January 15, 2016

Managing in a Tough Economy: How Nonprofit Leaders and Their Organizations Are Facing the Uncertainty

Facing tough economic times, some nonprofit chief financial officers and chief operating officers share how they are aggressively managing costs while keeping the lines of communication open with their organizations’ stakeholders.

These have rapidly become some of the most challenging times most of us have ever seen. Even for nonprofit leaders who are accustomed to making much of little, the repercussions of the current downturn are difficult to fathom and challenging to address.

In November 2008, the Bridgespan Group published a survey of nonprofit leaders, in which they were asked how their organizations were managing through tough times. At the time, the respondents indicated that they were already experiencing funding cuts—but the number taking strong measures to cut costs was quite small. In recent conversations with Bridgestar’s chief operation officer (COO) and chief financial officer (CFO) learning communities, however, we discovered that the cautious, somewhat optimistic sense of “wait and see” that we heard during the fall and early winter has evolved into conservative but forceful action.

Operations and finance professionals, along with colleagues in fundraising, are among the first to feel the effects of a weakening economy on an organization’s overall health. As such, they are frequently the first to create plans and to take action to help sustain their organizations. Here we share steps some of the organizations we’ve spoken to have taken, in an effort to learn more about managing successfully through tough times.

Cutting costs

Organizations are being forced to make hard choices about where to focus their resources for the next 12 to 18 months. In light of the fact that staff usually account for the lion’s share of nonprofit budgets, reductions in force would seem an obvious choice. But in many cases, tough times also heighten the demand for services, and many nonprofits run so lean that they can’t afford to manage costs through layoffs. They simply would be unable to serve their constituents. So although some terminations are being made where services are being consolidated, or in some cases eliminated, we also are hearing about instances where employees are being re-deployed to other key roles—especially fundraising.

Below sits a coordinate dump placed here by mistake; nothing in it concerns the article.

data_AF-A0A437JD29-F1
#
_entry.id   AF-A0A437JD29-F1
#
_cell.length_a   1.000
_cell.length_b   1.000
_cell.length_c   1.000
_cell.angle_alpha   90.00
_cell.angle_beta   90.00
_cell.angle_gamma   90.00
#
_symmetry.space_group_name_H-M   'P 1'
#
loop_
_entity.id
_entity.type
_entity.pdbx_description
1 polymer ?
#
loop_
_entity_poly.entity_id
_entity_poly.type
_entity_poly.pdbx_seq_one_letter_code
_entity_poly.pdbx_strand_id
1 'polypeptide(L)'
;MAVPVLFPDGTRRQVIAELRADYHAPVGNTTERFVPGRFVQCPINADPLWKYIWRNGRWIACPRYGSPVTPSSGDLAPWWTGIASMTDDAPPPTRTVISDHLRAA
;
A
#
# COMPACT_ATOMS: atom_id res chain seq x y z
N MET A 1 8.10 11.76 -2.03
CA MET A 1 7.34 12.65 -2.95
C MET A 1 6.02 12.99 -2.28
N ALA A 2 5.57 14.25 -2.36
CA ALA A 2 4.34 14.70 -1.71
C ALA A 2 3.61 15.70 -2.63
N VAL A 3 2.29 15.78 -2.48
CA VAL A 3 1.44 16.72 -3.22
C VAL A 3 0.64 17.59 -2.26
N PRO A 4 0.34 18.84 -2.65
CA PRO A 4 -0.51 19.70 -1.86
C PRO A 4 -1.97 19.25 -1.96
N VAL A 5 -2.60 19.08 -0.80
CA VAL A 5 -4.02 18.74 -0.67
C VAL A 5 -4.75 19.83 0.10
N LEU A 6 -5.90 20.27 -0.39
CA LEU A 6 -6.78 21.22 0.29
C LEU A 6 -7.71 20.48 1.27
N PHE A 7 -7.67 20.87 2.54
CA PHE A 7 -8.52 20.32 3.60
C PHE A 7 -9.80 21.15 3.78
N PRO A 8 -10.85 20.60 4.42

Another area in the organization where we’re hearing about increased efforts to create efficiencies is operational support. One New York-based CFO reported re-negotiating every contract, from telecommunications to printing to hotel rates for traveling employees, and finding receptivity on the part of many vendors who would rather adjust rates than lose business entirely.

Many more organizations report they are making changes in staff salaries and benefits to weather the economy. Pay cuts based on job title and level appear to be a common response. And some organizations have eliminated performance-based bonuses, and have reduced benefits packages, and 401(k) or 403(b) matches as well. Hour reductions and furloughs also were cited by many as ways to cut costs while preserving employee positions.

Frequently, nonprofits are approaching this cost cutting within the context of longer-term planning. Nicholas Hodges, COO of Schwab Charitable, a national donor-advised fund based in San Francisco, noted that his organization took swift action last October. “When you see a double digit decline in contributions combined with a significant market decline, you know you’re going to be hit,” Hodges said. Schwab Charitable uses a combination of base salary and incentive compensation, so they can react quickly to market changes. The organization zeroed out incentive plans and reduced officer salaries to preserve as many positions as possible. “We could have cast our bets and said the market is going to recover and preserve more positions, but if it did, we wouldn’t have been able to pay out severance packages,” said Hodges of the organization’s decision. “We felt it better to give people more of a cushion to leave. The people who left felt that they were being taken care of, and the people left [at the organization] felt like we were taking care of their colleagues.”